The Indigenous people of what is now modern-day Mexico practiced Día de los Muertos, or Day of the Dead, to celebrate the lives of loved ones who passed onto the afterlife and to reunite with their spirits. It has been observed throughout Mexico and parts of Latin America as a multiple-day tradition where families gather at cemeteries and homes to honor the dead through various rituals and customs. Thousands of years later, this tradition is now celebrated globally, primarily on Nov. 1 and 2.
Here are some ways you can partake in festivities around the District:
Nov. 1; 5 - 8 p.m.; Free
Bring a photo of a loved one to honor at the Arlington museum’s community altar. Create arts and crafts, listen to music, and enjoy food from a local food truck.
Nov. 2; 5 - 8:30 p.m.; Free
Create sugar skulls and papel picado, or papier-mâché decorations, for the community altar. Get a La Catrina face painting, enjoy live music, folk dance performances, and more.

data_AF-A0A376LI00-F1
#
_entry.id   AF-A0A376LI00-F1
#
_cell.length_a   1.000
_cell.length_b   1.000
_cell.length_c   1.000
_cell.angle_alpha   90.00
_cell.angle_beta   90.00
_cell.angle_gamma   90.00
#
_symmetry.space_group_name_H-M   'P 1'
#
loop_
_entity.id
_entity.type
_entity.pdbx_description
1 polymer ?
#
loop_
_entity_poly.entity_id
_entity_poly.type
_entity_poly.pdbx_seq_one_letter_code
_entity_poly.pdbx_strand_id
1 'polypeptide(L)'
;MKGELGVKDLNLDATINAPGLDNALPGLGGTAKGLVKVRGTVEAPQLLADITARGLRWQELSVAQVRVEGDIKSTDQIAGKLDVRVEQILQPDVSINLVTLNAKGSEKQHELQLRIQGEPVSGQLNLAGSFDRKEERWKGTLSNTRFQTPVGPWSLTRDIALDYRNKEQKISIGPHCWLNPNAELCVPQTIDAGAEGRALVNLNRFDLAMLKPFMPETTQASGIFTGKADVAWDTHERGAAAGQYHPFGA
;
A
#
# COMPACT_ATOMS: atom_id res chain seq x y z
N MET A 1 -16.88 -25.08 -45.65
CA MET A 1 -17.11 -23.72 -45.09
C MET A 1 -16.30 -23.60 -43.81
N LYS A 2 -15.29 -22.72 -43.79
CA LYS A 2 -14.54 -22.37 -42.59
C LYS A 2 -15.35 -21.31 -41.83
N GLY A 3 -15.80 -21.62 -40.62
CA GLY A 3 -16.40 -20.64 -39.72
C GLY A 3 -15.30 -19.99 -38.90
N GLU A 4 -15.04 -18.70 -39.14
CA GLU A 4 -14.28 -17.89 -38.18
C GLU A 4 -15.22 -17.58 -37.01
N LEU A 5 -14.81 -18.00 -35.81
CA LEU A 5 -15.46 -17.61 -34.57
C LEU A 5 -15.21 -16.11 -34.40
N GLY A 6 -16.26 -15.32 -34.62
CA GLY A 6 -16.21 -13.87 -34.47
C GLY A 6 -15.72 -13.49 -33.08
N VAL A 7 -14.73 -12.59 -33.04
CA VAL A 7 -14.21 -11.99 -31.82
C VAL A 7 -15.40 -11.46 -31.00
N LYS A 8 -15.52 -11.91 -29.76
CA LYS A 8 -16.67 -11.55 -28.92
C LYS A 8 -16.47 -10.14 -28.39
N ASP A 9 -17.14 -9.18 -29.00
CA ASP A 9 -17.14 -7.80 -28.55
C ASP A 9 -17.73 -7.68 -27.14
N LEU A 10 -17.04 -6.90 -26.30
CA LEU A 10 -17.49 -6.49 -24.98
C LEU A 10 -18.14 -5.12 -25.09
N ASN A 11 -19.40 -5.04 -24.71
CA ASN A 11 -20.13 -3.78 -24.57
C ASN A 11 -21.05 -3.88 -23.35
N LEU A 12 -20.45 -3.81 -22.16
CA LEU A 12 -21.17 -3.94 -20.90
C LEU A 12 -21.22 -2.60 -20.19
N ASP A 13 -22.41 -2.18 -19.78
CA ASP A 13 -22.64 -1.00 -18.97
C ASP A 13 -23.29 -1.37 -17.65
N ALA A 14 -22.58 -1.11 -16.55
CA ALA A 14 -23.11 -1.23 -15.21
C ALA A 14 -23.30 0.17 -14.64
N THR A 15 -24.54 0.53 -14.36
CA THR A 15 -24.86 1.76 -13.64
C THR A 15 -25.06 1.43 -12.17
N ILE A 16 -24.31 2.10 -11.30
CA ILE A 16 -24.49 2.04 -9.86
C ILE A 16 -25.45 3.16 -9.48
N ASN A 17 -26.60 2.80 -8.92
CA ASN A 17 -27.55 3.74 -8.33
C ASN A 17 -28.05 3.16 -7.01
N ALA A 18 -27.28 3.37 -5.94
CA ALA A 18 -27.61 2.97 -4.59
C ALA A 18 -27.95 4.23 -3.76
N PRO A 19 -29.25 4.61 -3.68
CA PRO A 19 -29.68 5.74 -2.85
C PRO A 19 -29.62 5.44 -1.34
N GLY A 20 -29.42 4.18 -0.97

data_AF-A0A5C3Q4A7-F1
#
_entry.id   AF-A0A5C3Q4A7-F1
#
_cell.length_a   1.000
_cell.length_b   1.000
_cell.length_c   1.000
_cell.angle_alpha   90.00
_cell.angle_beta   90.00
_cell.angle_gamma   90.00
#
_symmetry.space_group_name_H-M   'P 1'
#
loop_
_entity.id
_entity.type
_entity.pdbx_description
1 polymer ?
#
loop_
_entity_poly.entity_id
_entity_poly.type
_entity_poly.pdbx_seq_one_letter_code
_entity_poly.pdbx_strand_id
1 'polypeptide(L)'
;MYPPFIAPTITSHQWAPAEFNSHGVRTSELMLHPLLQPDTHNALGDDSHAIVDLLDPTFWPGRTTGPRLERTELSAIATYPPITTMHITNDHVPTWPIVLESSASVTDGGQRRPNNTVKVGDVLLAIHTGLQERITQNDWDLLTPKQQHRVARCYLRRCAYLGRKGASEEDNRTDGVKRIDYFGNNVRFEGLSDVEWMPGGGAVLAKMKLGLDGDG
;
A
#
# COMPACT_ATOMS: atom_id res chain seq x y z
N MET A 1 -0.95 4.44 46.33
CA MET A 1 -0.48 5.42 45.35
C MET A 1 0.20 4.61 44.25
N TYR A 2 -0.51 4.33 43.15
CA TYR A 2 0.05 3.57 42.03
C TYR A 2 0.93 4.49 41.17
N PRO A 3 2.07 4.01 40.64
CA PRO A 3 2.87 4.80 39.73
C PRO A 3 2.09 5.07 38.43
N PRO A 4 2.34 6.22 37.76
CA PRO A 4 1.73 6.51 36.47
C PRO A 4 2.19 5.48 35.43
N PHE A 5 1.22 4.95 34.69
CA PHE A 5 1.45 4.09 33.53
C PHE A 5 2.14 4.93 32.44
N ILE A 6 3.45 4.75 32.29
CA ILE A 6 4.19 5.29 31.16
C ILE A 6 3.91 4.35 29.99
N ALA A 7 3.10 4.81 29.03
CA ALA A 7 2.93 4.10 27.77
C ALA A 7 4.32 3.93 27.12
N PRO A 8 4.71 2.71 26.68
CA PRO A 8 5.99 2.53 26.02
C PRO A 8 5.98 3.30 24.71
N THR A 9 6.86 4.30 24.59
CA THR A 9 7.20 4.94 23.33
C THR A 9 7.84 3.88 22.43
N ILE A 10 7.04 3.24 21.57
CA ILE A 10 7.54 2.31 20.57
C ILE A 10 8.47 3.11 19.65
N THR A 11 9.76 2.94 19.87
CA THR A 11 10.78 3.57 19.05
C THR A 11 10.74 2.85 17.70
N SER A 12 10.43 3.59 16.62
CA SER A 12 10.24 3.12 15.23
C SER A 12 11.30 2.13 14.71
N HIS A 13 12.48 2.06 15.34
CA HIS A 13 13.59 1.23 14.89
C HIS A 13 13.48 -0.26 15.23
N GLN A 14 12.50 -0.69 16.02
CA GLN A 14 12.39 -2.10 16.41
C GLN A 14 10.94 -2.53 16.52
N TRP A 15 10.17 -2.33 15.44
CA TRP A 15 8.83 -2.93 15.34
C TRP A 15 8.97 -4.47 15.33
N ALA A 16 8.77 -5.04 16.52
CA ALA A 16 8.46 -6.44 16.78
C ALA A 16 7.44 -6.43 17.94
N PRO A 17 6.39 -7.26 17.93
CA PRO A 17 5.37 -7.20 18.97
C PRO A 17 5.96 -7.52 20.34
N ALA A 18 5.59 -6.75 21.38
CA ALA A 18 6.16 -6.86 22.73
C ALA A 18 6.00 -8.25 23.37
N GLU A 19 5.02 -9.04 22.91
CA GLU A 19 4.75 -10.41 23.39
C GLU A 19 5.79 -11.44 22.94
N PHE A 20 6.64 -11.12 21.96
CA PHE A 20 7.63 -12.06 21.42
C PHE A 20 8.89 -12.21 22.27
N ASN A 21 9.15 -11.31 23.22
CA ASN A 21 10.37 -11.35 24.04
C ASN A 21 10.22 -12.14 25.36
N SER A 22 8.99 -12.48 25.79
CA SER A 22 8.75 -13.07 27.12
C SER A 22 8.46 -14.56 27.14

Nov. 3 - 19; 11 a.m. - 5 p.m.; $10
This exhibition of contemporary women artists from Oaxaca, Mexico invites you to appreciate the depths of the spiritual tradition. Reserve your ticket beforehand.
Nov. 4; 8:30 - 11:45 p.m.; $144
Dance the night away at the historic mansion. This event features a costume contest, Mariachi music, an open bar, a buffet, and more.
Nov. 4, 1 p.m. - 4 a.m.; Throughout D.C.
At Franklin Park, get your face painted and place offerings on the mobile cross-cultural altar. Then join the procession down 14th Street Northwest to the National Mall. The festival will begin at 4 p.m. at the Washington Monument Grounds. Upload an image of a loved one to be added to a communal altar on the National Mall here.